For Debalina, an independent filmmaker and cinematographer who engages actively with issues of gender, sexuality, social movements, the environment, and occasionally writes for newspapers and magazines, her film ‘In-Fact…’ (‘Tin Satyi…’) is a celebration of love and togetherness with a difference. The Bengali film offers us glimpses of lives that are lived on their own terms and in such living mark their resistance against stifling social norms that threaten to homogenise diversity into a logic of One.
“This project began as an advocacy film, to create awareness in college students as well as to create a context in which conversations regarding different desires could be held. At the same time, the film evolved out of a discussion surrounding different marginalised and vulnerabilities in India,” says Debalina.
“The narratives that this film features, of different sexualities, conjugalitiies and solidarities, locate contemporary LGBTIQ discourses in a socio economic and cultural context, and are as much about facing the discriminatory attitudes towards them, as they are about celebrating those desires.”
Doing the festival circles and KASHISH 2020
Her films have been screened in many national and international film festivals including Mumbai International Film Festival, International Documentary and Short Film Festival of Kerala, IAWRT Asian Women’s Film Festival, Vancouver Queer Film Festival, MIX Copenhagen Denmark, British Film Institute (BFI), but being one of the official selections for KASHISH 2020 has been a fantastic experience for the young filmmaker.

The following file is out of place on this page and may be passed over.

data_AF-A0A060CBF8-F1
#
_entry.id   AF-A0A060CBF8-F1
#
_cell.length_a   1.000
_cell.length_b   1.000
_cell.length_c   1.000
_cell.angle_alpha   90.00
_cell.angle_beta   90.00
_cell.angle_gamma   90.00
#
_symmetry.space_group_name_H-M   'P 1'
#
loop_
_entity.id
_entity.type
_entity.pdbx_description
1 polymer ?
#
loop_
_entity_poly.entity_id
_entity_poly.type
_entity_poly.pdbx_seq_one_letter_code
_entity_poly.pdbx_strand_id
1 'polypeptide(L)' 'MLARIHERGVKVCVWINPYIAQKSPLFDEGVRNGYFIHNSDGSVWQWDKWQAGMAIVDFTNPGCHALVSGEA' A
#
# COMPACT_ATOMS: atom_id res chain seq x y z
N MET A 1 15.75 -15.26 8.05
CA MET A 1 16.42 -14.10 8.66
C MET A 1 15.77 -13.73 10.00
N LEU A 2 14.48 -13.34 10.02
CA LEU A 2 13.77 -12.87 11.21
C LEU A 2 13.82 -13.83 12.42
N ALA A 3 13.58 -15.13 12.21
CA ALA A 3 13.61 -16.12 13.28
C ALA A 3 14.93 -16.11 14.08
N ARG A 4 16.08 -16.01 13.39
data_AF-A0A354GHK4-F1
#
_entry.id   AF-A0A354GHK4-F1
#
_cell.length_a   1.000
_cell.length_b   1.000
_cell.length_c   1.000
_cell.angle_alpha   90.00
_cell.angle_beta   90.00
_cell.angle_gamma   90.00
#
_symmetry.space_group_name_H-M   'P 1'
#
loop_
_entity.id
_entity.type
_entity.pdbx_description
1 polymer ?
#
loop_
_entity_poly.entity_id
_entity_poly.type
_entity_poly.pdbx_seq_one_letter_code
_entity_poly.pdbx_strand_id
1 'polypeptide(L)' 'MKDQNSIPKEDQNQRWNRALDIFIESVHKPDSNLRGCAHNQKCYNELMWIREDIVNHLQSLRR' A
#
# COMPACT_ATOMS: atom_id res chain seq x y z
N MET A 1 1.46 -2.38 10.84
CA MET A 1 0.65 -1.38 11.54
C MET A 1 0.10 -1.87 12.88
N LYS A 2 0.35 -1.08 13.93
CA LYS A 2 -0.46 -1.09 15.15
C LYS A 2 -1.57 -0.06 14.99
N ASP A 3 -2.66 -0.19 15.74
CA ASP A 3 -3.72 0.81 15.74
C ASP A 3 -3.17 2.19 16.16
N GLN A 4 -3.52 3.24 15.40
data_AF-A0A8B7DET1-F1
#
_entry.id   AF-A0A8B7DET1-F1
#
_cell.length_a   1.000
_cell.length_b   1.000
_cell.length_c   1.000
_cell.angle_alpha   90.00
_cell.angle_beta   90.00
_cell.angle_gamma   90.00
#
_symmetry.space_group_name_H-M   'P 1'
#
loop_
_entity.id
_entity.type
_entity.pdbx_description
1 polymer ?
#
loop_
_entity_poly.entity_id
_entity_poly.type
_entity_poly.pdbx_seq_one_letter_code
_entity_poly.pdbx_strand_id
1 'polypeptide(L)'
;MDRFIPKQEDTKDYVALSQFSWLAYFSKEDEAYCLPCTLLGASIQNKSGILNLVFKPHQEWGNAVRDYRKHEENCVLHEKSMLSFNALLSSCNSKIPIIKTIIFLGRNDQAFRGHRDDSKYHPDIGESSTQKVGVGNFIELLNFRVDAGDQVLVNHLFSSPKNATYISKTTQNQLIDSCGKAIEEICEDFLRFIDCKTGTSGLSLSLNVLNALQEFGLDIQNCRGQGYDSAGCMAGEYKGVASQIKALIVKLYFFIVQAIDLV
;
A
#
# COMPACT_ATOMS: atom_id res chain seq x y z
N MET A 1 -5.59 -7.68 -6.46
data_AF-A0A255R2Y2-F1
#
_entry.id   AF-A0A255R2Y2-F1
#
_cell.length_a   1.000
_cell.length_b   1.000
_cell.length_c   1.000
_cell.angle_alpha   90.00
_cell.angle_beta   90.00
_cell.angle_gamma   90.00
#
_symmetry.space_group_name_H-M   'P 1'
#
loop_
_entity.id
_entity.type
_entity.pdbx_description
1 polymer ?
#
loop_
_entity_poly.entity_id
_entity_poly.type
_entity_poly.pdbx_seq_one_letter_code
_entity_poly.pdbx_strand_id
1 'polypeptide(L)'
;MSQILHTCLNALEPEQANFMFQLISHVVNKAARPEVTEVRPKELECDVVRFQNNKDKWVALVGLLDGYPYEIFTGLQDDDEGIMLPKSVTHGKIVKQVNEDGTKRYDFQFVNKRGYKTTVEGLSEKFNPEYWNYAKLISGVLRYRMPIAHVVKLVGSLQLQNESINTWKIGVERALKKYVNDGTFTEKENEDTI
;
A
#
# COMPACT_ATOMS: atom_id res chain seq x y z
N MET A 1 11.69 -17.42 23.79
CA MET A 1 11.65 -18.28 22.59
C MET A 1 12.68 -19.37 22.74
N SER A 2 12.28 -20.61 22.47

“Last year, I attended KASHISH for the first time though our films took part in this festival many times. This year things are different, as festivals are moving online worldwide. It’s a completely different experience! Festivals are reaching out to a wider audience, but as a filmmaker, I will always miss being present physically in a theatre. I will miss the energy, the reactions, the laughing and crying of the audience during the screenings. But then, we have to accept the reality and wait for times to change,” she says.
Take-back from the film
“I have experienced that after watching my films people have reconsidered and even come out of their homophobia. So, inclusivity and creating a space for different kinds of narratives to emerge are crucial for my film,” says the young director. For her, even if a single viewer finds resonance with the narratives in the film, or finds their horizons broadened, she will consider her film successful in conveying its message of inclusion and diversity.
For Debalina, the stars of this film are the people who have generously shared their lives and experiences with the filmmaker and the audience.
According to Debalina, more filmmakers entering the ambit of making films highlighting LGBTQ issues is a welcome move. This, she feels should’ve been done years before with partial decriminalisation. “As I take care to show in my films, questions of desire and sexuality are also influenced by class, caste, religion, ethnicity, so on. So we have to be careful in remembering the intersectionality of these desires, and the marginalising that they bring about. Our filmmaking needs to be inclusive in all senses of the term.”
‘In Fact…’ is a celebration of love and togetherness with a difference; it is a celebration of the struggles to live those differences; it is an inspiration to create spreading webs of liveabilities for non-normative lives and loves. The three snippets depict three different life-stories that talk of their selves, their loves and their dreams of different lives and intimacies. These are ordinary lives lived ordinarily and yet carry within their familiarity a critique of the conventional, the normal.
“Are we ready to shed our skins, overthrow our rigidities and open ourselves to a revaluation of the ‘normal’, or are we going to, once again, label, judge and banish?,” asks Debalina in this thought-provoking documentary film.
This post was originally published on Global Indian Stories